The Times, 18 August 2007


How do you feel about country music? Do you like to hear a man sing about losing everything: his job, his truck and his girl? How about an anthem to gun control? Or a heartfelt number about domestic violence? Me, I like ‘em all. I want to hear a song about a logging tragedy, and I’m all the happier if it’s by someone called Slaid Cleaves. If it turns out that the logging casualty then haunts the river where he died, muttering about breakfast in hell, so much the better. I even like the camp element – who else but Dolly Parton would do a song about a small-minded school PTA? But it turns out that country music isn’t always three chords and the truth. Tammy Wynette had things wrong when she sang Stand By Your Man. Sometimes it may well be hard to be a woman. But it turns out to be much harder to be a man.

Defra, whose every pronouncement I wait upon, poised like a mountain cat, has this week released statistics suggesting that men aged between 35 and 44 are the most miserable people in society, beating the perennial grumps, teenagers, into a big, fat, cocked hat. It takes them till they’re 55-64 to recover the levels of happiness which they boasted as teens (this time without the adrenalin rush of trying not to get shot, stabbed, or a paltry B at A-Level). This revelation has left me feeling rather sad, although women apparently become happier once they hit 34, so I might just be enjoying the last couple of years of my decade of uninterrupted sulk. What makes men in their late 30s so dissatisfied? Is it the time when you finally realise that you will neither score that winning goal for England in the World Cup Final, nor become an astronaut? Is it because you had kids and are now regretting the responsibilities that came with them? Or is it that all of your teen idols have subsequently turned out to be paedophiles? Apart from Han Solo, whose name always suggested more solitary pursuits anyhow.

I wonder if it’s to do with a relentlessly negative portrayal on British television. Most adverts, soap operas and sitcoms show men in their late 30s to be spineless, worthless saps. They’re always too stupid to see what’s going on around them, and they’re never good enough for their sassy, smart girlfriends and wives. The nadir of this trend is that Brita commercial where a rational man in possession of a water filter is seemingly too retarded to make tea that isn’t covered in a thick scum, as though a major oil spill has occurred somewhere near his cup, and a tragic, grubby seabird is about to expire on his saucer. No wonder they’re flocking to watch Heroes, in which men get to stop time, fly, and save a cheerleader from certain death.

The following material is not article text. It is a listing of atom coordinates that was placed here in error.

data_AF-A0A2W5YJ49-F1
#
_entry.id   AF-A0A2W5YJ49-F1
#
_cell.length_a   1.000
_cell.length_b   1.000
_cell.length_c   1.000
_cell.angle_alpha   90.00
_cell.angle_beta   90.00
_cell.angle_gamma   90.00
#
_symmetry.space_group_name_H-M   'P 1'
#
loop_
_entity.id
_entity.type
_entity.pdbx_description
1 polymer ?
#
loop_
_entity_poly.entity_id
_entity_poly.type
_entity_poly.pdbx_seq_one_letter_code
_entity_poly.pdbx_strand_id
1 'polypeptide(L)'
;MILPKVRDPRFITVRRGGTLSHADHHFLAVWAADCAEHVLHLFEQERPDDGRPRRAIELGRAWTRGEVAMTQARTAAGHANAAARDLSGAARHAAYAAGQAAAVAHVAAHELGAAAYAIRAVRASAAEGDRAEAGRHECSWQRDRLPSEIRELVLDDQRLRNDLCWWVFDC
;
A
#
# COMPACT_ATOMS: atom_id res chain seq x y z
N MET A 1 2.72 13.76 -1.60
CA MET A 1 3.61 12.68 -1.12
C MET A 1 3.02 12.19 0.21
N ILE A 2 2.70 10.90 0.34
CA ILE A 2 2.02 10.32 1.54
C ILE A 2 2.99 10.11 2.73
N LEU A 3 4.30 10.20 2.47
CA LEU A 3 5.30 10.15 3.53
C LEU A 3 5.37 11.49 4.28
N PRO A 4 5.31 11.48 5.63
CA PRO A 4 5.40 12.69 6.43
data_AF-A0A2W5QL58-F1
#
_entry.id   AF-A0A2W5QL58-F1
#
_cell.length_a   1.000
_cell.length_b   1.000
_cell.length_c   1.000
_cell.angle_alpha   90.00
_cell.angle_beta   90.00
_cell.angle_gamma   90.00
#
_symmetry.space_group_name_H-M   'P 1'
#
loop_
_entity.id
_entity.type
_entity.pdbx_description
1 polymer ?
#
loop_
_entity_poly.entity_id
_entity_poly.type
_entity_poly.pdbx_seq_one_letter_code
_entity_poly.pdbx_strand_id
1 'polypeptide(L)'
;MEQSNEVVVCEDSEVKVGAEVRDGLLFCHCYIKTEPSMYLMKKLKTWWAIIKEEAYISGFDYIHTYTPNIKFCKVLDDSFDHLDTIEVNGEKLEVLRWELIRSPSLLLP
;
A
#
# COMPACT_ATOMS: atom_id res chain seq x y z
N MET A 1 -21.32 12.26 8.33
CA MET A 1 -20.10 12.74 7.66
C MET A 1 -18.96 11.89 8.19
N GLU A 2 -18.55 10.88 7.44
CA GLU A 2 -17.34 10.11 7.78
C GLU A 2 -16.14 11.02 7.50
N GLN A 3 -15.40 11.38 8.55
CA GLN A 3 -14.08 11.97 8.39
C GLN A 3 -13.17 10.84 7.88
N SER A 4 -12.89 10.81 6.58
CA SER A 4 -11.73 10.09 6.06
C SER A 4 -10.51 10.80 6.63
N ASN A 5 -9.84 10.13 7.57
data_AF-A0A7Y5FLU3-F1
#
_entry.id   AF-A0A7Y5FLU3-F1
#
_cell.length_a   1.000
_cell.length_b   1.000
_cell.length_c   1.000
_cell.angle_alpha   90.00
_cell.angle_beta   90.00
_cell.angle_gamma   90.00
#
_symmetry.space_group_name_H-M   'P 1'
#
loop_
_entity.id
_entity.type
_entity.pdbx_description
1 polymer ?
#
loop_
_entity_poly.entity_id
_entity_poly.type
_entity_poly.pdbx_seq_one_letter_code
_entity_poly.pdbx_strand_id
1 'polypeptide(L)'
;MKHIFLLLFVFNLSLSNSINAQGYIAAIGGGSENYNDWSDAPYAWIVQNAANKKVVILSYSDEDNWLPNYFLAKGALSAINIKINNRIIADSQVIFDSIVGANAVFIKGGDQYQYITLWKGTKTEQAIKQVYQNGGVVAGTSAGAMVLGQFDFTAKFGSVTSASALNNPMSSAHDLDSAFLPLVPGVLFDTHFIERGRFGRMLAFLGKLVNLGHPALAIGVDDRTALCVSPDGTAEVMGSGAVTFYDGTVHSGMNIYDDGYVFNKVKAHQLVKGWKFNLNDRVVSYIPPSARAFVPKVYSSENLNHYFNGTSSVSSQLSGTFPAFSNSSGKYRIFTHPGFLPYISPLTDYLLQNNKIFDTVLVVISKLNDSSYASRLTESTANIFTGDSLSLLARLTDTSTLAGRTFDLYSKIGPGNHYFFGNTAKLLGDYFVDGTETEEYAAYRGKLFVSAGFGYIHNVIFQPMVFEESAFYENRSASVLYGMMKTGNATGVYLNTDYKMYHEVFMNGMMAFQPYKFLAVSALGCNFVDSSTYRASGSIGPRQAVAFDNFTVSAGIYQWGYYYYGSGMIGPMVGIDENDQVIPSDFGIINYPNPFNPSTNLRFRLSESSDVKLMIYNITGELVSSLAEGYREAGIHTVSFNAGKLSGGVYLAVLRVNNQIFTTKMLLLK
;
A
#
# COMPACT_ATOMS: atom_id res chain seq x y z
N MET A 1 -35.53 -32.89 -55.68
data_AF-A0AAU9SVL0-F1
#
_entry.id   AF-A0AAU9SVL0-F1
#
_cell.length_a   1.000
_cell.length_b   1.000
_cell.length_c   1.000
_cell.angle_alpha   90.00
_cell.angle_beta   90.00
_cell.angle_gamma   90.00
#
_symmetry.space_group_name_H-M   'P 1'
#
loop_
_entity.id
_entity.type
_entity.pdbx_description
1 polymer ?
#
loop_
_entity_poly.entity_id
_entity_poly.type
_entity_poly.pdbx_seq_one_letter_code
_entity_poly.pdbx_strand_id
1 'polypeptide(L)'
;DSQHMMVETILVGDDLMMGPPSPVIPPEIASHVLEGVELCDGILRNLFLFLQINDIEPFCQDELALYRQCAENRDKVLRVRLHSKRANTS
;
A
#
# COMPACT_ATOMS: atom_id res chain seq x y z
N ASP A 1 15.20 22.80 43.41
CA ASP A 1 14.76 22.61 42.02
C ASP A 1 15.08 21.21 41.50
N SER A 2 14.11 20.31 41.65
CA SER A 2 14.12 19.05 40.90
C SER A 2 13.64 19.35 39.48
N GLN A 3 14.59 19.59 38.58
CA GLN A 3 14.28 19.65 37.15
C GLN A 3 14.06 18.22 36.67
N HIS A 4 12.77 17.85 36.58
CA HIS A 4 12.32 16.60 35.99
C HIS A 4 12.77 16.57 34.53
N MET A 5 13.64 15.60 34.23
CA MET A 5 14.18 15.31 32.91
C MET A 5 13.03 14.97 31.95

Even the traditional male preserve of DIY is under a feathery threat, as researchers at the University of Auckland have this week released footage of crows using not one, but two separate tools to get a snack out of a sealed box. That’s sometimes more than I can manage when food is in the salad crisper at the bottom of the fridge. Admittedly the tools were two different lengths of twig, rather than a powersaw, and a hammer, but even so – it’s a debilitating to a man. I rang round my male friends (aged 35-44) to find out just how depressed they really were. They were mostly too miserable to answer, obviously, but the ones who could be lured from painting their rooms black wanted to send out a positive message to their brothers. They said there were plenty of things that get better when you get older, so chin up, boys. Here are the highlights:

1 You now buy good wine, and you never have to drink cider again. You have also realised that the drinking unit of whisky is a large glass, not a large bottle. This is lucky, because your hangovers take longer to go away.

2 You find more women attractive. Sure, you still fancy Jessica Alba and Scarlett Johansson, but you also fancy Charlotte Rampling, Catherine Deneuve, and sometimes Lorraine Kelly, when she’s being minxy.

3 You look good in a suit. Young men think they do, but they usually look either like they are on their way to court, or about to dance on an aunt’s shoes at a wedding. You, on the other hand, look hot.

4 You understand your hair. You no longer feel pressured to wear a ridiculous cockatiel-style do, so you have short hair, which may be turning grey. This is no bad thing. Remember when George Clooney became a sex symbol? Not with a mullet in Murder, She Wrote, that’s for sure.